New research suggests prior studies of ancient sea creature Pikaia had it upside down


A team of marine biologists, Earth scientists and evolutionary specialists affiliated with several institutions in the U.K., has found that prior researchers studying a fossil of an ancient sea creature called Pikaia were looking at it upside down. In their study, published in the journal Current Biology, the group found that a blood vessel running along what was reported to be its belly was actually a dorsal nerve cord.

Prior research has shown that all vertebrates have not only a backbone, but a brain protected by a skull. The reason all vertebrates have these characteristics is that they all evolved from the same creature, a fish that once lived in the Cambrian Sea.

But how that fish developed a backbone and brain is still not known. Evidence of precursors is scarce. Fossils of a variety of creatures have been found, but they are so dissimilar that it has been impossible to build a family tree.

For many years, scientists in the field have pointed to the fossilized remains of Pikaia as a possible precursor. Its fossilized remains were found back in 1910. It is believed to have lived approximately 508 million years ago. It was shaped somewhat like a modern eel and was just 16 centimeters long.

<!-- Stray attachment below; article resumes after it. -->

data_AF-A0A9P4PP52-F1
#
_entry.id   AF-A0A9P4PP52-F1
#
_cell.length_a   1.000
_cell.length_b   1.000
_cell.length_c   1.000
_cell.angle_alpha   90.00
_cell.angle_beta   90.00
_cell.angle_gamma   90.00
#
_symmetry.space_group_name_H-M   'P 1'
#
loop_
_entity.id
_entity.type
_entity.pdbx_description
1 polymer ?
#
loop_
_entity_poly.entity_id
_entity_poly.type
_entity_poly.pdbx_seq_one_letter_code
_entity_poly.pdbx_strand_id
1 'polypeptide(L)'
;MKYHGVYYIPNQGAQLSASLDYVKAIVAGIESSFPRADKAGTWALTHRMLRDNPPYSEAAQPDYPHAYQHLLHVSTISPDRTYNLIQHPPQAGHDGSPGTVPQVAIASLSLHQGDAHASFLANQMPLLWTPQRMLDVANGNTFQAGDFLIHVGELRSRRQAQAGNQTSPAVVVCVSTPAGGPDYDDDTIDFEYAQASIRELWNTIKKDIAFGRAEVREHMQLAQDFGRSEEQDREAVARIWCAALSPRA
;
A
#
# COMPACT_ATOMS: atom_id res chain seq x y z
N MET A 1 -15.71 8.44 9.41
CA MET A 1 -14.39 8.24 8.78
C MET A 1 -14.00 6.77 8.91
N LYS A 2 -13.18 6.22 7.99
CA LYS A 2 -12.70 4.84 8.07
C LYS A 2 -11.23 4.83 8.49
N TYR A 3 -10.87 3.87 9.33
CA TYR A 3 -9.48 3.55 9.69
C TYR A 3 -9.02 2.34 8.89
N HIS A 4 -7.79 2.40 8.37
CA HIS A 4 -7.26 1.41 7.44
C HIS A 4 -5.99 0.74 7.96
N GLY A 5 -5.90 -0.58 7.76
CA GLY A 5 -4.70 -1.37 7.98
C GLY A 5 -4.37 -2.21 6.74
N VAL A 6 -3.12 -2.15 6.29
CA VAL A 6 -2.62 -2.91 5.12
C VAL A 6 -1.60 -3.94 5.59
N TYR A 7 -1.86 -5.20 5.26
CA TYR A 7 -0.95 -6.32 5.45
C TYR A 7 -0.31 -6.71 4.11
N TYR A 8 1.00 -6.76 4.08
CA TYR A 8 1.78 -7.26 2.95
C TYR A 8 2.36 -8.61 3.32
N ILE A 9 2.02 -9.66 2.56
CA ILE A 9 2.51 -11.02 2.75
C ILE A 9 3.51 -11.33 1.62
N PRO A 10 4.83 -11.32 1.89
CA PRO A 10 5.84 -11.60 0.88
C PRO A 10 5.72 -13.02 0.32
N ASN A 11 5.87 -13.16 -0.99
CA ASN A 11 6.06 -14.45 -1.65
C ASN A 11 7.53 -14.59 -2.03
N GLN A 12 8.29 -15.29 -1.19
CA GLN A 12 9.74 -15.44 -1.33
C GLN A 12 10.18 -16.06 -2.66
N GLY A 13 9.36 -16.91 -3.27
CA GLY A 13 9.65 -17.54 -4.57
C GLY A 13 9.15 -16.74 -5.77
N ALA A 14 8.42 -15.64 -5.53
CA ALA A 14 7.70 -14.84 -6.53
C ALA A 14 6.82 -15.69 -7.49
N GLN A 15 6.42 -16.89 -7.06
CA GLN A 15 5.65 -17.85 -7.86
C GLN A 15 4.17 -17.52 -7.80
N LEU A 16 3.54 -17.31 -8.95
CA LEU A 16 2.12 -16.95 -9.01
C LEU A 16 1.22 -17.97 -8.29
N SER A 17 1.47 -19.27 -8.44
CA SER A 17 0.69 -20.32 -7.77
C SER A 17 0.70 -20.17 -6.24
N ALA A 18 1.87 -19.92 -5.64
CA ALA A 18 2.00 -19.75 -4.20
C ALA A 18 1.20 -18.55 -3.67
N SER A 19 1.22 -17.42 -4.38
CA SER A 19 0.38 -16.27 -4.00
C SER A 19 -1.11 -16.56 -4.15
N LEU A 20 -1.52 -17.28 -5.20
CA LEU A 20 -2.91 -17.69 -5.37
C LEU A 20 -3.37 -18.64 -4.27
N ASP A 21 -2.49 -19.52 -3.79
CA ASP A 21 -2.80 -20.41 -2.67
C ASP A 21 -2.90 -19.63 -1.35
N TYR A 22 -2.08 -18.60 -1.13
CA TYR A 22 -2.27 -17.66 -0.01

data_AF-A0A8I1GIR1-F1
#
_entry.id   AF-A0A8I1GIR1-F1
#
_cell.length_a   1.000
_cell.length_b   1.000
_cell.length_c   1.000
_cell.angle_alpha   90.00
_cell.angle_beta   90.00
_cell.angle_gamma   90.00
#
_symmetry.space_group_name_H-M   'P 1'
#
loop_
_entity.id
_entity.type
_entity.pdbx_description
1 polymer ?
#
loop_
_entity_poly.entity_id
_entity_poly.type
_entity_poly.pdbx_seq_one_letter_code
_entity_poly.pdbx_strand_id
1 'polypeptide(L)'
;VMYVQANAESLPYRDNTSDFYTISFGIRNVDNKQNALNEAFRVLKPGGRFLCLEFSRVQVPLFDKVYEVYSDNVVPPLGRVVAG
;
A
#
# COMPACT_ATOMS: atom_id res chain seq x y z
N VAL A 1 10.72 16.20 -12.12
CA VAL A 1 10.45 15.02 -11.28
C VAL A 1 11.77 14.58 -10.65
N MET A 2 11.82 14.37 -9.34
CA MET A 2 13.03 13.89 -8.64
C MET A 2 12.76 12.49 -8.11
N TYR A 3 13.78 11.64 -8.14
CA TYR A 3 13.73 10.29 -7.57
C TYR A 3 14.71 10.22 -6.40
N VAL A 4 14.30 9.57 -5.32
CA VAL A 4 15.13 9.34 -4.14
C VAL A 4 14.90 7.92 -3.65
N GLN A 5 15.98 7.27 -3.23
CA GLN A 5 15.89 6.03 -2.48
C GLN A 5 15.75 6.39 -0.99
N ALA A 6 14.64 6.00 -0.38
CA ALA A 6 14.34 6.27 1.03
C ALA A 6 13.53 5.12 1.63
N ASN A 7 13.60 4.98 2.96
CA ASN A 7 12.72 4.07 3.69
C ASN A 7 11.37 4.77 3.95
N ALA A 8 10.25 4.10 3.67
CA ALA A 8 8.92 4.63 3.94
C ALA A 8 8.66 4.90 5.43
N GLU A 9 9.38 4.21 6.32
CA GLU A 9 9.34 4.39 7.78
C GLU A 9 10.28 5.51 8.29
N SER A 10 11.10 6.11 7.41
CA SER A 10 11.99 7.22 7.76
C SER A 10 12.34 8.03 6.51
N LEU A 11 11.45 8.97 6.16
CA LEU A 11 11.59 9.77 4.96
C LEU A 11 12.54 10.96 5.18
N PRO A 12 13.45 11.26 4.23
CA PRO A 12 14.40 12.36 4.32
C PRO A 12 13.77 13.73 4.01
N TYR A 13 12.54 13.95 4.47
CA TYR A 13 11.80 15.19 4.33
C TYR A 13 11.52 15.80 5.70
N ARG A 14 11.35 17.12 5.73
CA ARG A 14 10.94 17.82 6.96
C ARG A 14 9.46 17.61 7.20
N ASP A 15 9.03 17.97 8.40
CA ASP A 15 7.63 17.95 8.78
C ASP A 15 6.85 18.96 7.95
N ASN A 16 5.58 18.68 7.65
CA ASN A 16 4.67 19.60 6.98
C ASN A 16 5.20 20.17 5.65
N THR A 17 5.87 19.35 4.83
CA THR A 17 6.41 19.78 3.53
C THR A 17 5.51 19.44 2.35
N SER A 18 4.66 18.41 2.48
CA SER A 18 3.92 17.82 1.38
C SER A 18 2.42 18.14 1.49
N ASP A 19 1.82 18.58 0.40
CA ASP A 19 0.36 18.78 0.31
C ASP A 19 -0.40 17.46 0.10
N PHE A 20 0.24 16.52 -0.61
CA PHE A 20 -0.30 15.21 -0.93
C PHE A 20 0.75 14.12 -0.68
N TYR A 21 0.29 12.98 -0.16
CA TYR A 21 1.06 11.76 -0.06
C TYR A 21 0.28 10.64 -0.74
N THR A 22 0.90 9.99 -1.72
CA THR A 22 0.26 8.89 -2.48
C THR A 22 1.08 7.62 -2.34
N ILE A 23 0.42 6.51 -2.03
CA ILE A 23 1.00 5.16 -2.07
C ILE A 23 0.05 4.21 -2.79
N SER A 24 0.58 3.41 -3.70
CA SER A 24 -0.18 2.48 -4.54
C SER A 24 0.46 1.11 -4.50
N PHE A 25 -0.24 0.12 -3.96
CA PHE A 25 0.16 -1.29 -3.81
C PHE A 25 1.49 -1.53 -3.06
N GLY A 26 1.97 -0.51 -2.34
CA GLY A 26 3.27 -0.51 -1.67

At the time of its discovery, the fossil was believed to be an ancient type of worm, and that belief held up until the team on this new effort took a closer look at it.

In their analysis, the research team found that a long tube, reported as a blood vessel running along the bottom of the creature, was more likely a nerve cord, which would have been on the top of the creature, not the bottom. That meant that all prior studies of the fossil had it upside down. It also more strongly suggested the creature was a precursor to vertebrates. A closer look showed the nerve cord progressing all the way into the head, into what might have been its brain.

The team also found that what had been previously described as a dorsal organ made more sense when it was situated on the creature’s belly. The research team also suggests that appendages that were once thought to hang below the creature as it swam were more likely a type of gill outgrowth, extending upward.

More information: A new interpretation of Pikaia reveals the origins of the chordate bodyplan, Current Biology (2024). DOI: 10.1016/ … 0960-9822(24)00669-9

Journal information: Current Biology 

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